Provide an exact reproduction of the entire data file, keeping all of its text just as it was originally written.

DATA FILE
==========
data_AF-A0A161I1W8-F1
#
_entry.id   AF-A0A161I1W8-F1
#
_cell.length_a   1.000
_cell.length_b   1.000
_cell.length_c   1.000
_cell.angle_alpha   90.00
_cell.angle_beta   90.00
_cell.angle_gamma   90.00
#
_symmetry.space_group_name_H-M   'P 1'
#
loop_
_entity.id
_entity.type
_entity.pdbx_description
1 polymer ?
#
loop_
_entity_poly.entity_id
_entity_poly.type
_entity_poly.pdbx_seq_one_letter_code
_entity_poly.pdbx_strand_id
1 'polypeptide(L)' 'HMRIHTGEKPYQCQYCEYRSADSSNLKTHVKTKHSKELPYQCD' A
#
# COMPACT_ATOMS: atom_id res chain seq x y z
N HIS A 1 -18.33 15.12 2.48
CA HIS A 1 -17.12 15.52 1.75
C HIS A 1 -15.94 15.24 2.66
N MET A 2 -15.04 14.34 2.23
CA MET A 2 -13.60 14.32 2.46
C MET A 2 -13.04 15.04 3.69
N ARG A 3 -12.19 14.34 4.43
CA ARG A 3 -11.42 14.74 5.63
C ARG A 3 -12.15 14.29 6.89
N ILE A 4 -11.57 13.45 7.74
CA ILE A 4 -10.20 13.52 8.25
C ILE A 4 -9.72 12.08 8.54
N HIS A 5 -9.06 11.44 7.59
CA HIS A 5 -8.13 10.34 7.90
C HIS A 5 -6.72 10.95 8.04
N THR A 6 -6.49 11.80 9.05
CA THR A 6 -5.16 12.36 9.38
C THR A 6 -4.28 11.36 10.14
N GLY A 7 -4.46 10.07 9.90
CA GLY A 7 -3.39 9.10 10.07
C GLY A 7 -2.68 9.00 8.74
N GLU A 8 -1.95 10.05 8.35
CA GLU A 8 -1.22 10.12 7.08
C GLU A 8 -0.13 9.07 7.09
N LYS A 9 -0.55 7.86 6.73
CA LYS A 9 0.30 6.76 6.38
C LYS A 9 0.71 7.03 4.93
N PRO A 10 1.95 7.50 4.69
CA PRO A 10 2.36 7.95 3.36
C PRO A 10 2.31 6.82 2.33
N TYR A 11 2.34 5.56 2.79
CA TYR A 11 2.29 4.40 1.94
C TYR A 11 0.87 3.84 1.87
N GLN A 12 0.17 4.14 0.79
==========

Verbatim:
data_AF-A0A161I1W8-F1
#
_entry.id   AF-A0A161I1W8-F1
#
_cell.length_a   1.000
_cell.length_b   1.000
_cell.length_c   1.000
_cell.angle_alpha   90.00
_cell.angle_beta   90.00
_cell.angle_gamma   90.00
#
_symmetry.space_group_name_H-M   'P 1'
#
loop_
_entity.id
_entity.type
_entity.pdbx_description
1 polymer ?
#
loop_
_entity_poly.entity_id
_entity_poly.type
_entity_poly.pdbx_seq_one_letter_code
_entity_poly.pdbx_strand_id
1 'polypeptide(L)' 'HMRIHTGEKPYQCQYCEYRSADSSNLKTHVKTKHSKELPYQCD' A
#
# COMPACT_ATOMS: atom_id res chain seq x y z
N HIS A 1 -18.33 15.12 2.48
CA HIS A 1 -17.12 15.52 1.75
C HIS A 1 -15.94 15.24 2.66
N MET A 2 -15.04 14.34 2.23
CA MET A 2 -13.60 14.32 2.46
C MET A 2 -13.04 15.04 3.69
N ARG A 3 -12.19 14.34 4.43
CA ARG A 3 -11.42 14.74 5.63
C ARG A 3 -12.15 14.29 6.89
N ILE A 4 -11.57 13.45 7.74
CA ILE A 4 -10.20 13.52 8.25
C ILE A 4 -9.72 12.08 8.54
N HIS A 5 -9.06 11.44 7.59
CA HIS A 5 -8.13 10.34 7.90
C HIS A 5 -6.72 10.95 8.04
N THR A 6 -6.49 11.80 9.05
CA THR A 6 -5.16 12.36 9.38
C THR A 6 -4.28 11.36 10.14
N GLY A 7 -4.46 10.07 9.90
CA GLY A 7 -3.39 9.10 10.07
C GLY A 7 -2.68 9.00 8.74
N GLU A 8 -1.95 10.05 8.35
CA GLU A 8 -1.22 10.12 7.08
C GLU A 8 -0.13 9.07 7.09
N LYS A 9 -0.55 7.86 6.73
CA LYS A 9 0.30 6.76 6.38
C LYS A 9 0.71 7.03 4.93
N PRO A 10 1.95 7.50 4.69
CA PRO A 10 2.36 7.95 3.36
C PRO A 10 2.31 6.82 2.33
N TYR A 11 2.34 5.56 2.79
CA TYR A 11 2.29 4.40 1.94
C TYR A 11 0.87 3.84 1.87
N GLN A 12 0.17 4.14 0.79